Something in the Air: Pollution and the Demand for Health Insurance
Tom Y Chang,
Wei Huang and
Review of Economic Studies, 2018, vol. 85, issue 3, 1609-1634
We find that daily air pollution levels have a significant effect on the decision to purchase or cancel health insurance in a manner inconsistent with rational choice theory. A one standard deviation increase in daily air pollution leads to a 7.2% increase in the number of insurance contracts sold that day. Conditional on purchase, a one standard deviation decrease in air pollution during the cooling-off (i.e. cost-free cancellation) period relative to the order-date level increases the return probability by 4.0%. We explore a range of potential mechanism and find the most support for projection bias and salience.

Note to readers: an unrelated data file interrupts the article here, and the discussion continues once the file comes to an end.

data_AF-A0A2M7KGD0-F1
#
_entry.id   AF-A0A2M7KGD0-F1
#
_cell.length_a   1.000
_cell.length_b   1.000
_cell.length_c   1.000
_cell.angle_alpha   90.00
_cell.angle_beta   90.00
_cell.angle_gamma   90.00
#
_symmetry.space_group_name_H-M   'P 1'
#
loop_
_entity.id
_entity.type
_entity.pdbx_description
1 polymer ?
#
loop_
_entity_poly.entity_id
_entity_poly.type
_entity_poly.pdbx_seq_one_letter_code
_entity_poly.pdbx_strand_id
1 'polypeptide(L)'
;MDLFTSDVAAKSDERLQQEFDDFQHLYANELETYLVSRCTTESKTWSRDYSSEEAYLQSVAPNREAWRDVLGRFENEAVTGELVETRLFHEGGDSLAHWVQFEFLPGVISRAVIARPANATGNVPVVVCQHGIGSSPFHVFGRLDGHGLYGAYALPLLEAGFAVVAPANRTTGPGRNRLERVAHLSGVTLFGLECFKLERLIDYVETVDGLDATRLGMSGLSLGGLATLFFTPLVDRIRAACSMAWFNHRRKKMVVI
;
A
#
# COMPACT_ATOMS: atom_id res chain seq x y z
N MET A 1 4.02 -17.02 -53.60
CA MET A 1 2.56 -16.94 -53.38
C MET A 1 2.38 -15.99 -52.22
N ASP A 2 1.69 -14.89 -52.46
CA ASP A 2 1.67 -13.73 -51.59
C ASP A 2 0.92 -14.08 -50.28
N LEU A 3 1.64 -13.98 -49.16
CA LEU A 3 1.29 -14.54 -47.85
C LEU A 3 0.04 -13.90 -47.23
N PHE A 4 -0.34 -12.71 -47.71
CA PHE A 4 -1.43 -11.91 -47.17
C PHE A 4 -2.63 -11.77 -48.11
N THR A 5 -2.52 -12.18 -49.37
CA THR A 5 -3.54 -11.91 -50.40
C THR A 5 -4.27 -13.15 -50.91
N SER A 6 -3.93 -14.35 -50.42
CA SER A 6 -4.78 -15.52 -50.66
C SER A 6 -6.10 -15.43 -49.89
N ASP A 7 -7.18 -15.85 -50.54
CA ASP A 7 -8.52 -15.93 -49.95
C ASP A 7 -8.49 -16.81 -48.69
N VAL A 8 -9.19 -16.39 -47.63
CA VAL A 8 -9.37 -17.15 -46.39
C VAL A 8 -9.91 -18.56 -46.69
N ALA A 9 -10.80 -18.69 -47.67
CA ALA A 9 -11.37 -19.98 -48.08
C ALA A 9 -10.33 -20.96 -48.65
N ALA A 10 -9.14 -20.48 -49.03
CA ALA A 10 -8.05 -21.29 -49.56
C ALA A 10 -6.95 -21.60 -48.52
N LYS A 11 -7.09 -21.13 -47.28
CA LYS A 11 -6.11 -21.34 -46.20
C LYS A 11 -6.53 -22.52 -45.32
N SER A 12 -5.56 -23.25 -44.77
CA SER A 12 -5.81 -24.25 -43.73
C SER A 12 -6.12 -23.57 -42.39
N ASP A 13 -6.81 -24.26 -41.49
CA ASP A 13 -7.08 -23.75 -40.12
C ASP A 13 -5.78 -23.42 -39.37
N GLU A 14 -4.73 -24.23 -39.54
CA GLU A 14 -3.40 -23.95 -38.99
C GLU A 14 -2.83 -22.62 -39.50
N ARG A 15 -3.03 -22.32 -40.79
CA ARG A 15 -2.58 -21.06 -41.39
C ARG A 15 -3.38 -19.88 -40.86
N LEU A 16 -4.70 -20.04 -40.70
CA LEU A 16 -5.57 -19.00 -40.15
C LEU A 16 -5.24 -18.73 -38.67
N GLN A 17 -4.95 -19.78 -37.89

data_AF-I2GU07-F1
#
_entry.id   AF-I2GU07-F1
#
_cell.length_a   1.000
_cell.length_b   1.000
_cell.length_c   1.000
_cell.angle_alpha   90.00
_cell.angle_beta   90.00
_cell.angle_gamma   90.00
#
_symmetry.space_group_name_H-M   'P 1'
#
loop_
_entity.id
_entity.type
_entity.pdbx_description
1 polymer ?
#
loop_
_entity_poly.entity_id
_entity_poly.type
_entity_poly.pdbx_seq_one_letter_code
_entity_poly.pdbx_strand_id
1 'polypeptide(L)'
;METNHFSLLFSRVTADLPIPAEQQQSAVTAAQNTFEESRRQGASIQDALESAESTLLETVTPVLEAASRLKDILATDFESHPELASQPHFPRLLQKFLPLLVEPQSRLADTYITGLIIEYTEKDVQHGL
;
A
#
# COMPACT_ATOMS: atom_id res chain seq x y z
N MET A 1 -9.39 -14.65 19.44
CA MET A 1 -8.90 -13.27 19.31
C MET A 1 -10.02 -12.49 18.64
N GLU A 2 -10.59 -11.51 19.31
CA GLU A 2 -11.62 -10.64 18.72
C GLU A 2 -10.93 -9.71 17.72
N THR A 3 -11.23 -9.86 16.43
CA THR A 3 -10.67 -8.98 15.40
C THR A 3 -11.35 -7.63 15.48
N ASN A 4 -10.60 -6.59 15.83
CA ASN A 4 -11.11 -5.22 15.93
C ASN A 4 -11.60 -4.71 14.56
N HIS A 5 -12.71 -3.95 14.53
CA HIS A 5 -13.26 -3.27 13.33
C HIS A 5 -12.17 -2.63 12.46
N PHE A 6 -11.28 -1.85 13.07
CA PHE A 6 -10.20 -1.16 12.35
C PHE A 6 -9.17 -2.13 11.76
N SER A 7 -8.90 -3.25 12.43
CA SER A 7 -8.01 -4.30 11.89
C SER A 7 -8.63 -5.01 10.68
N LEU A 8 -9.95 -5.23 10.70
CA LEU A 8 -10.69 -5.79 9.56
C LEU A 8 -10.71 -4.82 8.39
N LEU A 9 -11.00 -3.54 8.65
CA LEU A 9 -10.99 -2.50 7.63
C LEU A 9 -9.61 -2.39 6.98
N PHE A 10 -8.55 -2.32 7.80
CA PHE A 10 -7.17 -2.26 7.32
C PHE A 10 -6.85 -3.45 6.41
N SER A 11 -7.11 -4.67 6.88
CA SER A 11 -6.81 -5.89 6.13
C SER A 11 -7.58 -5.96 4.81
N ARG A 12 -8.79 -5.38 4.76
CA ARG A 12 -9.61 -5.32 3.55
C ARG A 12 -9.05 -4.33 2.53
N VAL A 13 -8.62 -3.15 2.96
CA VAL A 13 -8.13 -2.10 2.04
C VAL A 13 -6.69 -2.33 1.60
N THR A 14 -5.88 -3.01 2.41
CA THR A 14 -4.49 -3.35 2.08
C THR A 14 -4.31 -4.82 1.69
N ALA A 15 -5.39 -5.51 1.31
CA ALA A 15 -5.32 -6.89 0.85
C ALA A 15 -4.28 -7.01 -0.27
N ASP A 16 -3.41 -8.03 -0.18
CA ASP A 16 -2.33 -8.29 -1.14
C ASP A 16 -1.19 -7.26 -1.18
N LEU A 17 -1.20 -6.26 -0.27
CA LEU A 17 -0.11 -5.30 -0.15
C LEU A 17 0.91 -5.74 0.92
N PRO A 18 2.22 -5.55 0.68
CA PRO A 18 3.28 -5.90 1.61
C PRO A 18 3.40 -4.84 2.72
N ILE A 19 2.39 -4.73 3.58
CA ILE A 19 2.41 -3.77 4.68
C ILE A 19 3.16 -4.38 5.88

Keywords: Projection bias; Salience (search for similar items in EconPapers)
JEL-codes: D12 D91 (search for similar items in EconPapers)
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Persistent link: https://EconPapers.repec.org/RePEc:oup:restud:v:85:y:2018:i:3:p:1609-1634.
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